If you’re learning classical guitar, you may be finding it uphill work, especially if you’re a beginner. There’s a lot to think about, and not a lot to work with — just a set of twanging strings, a hollow case of wood and your fingertips. But these six tips will set your fingers flying, and the music flowing.
The correct posture for playing classical guitar, as opposed to folk, rock or other styles, is to have your right foot resting on a footstool. This arrangement will tilt the guitar downwards, between your knees, in easy reach of your right hand. For classical playing, your wrist needs to be bent and the knuckles curled away from you, leaving your thumb free for striking the bass strings. Use of a footstool will also raise the neck of the guitar to a handy position for your left hand.
Loose joints are important for guitar-playing. Fingers need to be flexible, palms stretchy, knuckles smoothly rolling and your whole arm relaxed from wrist to shoulder. If you notice your hands tensing, put the instrument down for a while and come back to it when calm and rested.
Exercise your fingers
You’ll find some of the standard stretches in the left hand tough-going at first, especially if your fingers are tense. The strings may leave painful dents in your fingertips at first, too, but both problems will fade with regular practice. Your hand span will increase, your fingers will develop muscle, and their sore tips will develop extra padding. Meanwhile, short, frequent practices will reduce discomfort.
It’s important to exercise your right hand, too. Practice the technique of plucking to familiarise yourself with those closely aligned strings, and to build strength and control in your fingers. A correct hand position will help. Look online, or in a beginner’s book, for some demonstration pictures to clarify this. Check your positioning in the mirror, too, until it becomes natural.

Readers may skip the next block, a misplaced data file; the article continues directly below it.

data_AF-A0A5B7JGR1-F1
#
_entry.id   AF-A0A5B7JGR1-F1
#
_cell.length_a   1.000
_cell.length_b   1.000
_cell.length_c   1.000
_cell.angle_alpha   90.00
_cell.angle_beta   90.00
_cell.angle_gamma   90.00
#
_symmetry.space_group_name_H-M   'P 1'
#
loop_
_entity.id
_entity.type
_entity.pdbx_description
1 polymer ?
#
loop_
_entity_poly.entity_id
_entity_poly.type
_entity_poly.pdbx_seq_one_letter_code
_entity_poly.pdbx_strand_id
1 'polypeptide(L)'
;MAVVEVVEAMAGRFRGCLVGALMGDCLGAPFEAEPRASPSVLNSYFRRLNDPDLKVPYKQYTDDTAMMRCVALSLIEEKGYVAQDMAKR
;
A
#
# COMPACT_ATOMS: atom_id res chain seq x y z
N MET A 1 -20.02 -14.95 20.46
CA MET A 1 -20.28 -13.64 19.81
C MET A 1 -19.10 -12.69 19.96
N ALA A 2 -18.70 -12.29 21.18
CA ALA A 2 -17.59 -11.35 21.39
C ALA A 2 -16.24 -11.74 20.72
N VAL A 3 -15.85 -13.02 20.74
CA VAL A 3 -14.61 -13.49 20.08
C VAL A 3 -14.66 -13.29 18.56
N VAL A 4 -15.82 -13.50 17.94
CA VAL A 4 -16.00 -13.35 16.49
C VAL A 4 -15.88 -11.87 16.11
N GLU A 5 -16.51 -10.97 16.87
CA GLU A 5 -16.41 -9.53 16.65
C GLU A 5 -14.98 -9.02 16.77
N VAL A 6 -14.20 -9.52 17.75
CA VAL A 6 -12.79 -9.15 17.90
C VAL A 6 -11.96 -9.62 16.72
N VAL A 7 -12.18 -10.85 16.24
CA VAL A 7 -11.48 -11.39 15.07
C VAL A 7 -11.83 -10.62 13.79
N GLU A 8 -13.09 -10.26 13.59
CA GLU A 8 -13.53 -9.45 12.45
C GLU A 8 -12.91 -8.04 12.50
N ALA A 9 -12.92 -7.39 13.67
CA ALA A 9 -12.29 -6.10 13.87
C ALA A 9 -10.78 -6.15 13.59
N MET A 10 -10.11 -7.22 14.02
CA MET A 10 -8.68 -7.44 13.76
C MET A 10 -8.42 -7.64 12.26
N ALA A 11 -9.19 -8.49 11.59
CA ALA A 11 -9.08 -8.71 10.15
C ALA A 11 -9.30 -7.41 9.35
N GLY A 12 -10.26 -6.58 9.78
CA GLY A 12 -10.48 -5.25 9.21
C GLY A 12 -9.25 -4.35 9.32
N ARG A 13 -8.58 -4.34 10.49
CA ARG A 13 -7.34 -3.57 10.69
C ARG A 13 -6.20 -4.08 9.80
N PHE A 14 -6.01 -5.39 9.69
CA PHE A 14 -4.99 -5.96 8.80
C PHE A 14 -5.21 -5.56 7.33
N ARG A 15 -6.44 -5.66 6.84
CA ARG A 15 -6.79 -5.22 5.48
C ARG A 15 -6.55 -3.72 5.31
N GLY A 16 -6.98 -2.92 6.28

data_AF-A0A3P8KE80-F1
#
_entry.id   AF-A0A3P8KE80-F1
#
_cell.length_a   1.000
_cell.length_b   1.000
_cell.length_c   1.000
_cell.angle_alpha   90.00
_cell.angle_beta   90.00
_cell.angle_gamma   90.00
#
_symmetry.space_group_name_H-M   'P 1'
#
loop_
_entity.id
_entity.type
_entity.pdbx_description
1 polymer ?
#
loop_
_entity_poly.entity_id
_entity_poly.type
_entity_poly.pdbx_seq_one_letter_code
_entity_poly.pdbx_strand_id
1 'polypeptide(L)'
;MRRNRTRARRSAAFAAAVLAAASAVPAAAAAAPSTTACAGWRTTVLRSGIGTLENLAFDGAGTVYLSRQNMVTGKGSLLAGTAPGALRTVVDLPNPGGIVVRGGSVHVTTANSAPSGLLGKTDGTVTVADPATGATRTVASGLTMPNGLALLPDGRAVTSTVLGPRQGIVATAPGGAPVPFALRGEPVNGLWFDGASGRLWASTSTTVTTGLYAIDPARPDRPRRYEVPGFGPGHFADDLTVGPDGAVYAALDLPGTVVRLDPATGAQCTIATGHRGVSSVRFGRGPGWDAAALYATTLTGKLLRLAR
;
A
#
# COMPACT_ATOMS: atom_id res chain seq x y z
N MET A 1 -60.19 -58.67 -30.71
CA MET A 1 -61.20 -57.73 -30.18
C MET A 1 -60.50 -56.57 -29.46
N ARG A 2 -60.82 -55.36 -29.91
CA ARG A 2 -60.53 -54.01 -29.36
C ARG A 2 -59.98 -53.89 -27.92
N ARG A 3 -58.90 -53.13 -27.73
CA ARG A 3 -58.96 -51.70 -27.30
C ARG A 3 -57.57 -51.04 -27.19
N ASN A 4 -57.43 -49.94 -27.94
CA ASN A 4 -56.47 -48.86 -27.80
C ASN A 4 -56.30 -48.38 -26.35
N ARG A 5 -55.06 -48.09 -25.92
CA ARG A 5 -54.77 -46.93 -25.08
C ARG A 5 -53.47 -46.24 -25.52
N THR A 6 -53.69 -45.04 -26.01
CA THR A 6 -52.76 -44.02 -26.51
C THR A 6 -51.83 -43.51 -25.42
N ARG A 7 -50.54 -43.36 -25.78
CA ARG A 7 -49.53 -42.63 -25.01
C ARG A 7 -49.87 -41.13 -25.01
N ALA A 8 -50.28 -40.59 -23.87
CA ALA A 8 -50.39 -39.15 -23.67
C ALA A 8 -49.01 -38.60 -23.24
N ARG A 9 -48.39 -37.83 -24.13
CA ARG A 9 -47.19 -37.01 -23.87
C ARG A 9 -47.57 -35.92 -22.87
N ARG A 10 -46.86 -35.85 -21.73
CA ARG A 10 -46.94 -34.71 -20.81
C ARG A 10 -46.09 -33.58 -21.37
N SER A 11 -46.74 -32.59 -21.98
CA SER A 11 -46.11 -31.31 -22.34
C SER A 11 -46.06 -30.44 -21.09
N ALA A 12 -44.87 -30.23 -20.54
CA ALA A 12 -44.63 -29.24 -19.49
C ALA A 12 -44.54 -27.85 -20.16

Grow right hand nails
Keep your left hand fingernails short, so that they won’t get in the way of the frets and obstruct fingertip pressure. By contrast, your right hand nails should be long for easy and effective plucking.
Don’t expect perfection
When learning tunes, be prepared to jump about in a hit-and-miss way while getting used to different positions and the distances between them. The sound may not be pleasing when your finger lands on the metal fret between two notes, but that doesn’t matter at this early stage. Fluidity of movement is much more important. Even a professional performer may produce the odd ugly sound at the practice stage of a challenging piece. But once you’re into the swing of a tune, your tone quality will follow.
Play in the dark
There’s nothing like playing in a darkened room, or with your eyes closed, for loosening up body and mind and getting your guitar to sing. Record your efforts and listen back later for proof of the wonderful sound you produced. Once you’ve witnessed your own musical magic, you’ll be fired up to practice, and practice makes for progress.
Some people teach themselves at home, but you need considerable self discipline for this, as well as a clear understanding of the technique you’re aiming for. Your best bet is probably to invest in some lessons. Group sessions will be cheaper than one-to-one tuition, and will bring you in touch with other learners, with whom you can swap notes and share tips. Before you know it, you’ll be meeting up between lessons for ensemble fun, and all those initial obstacles will be melting away.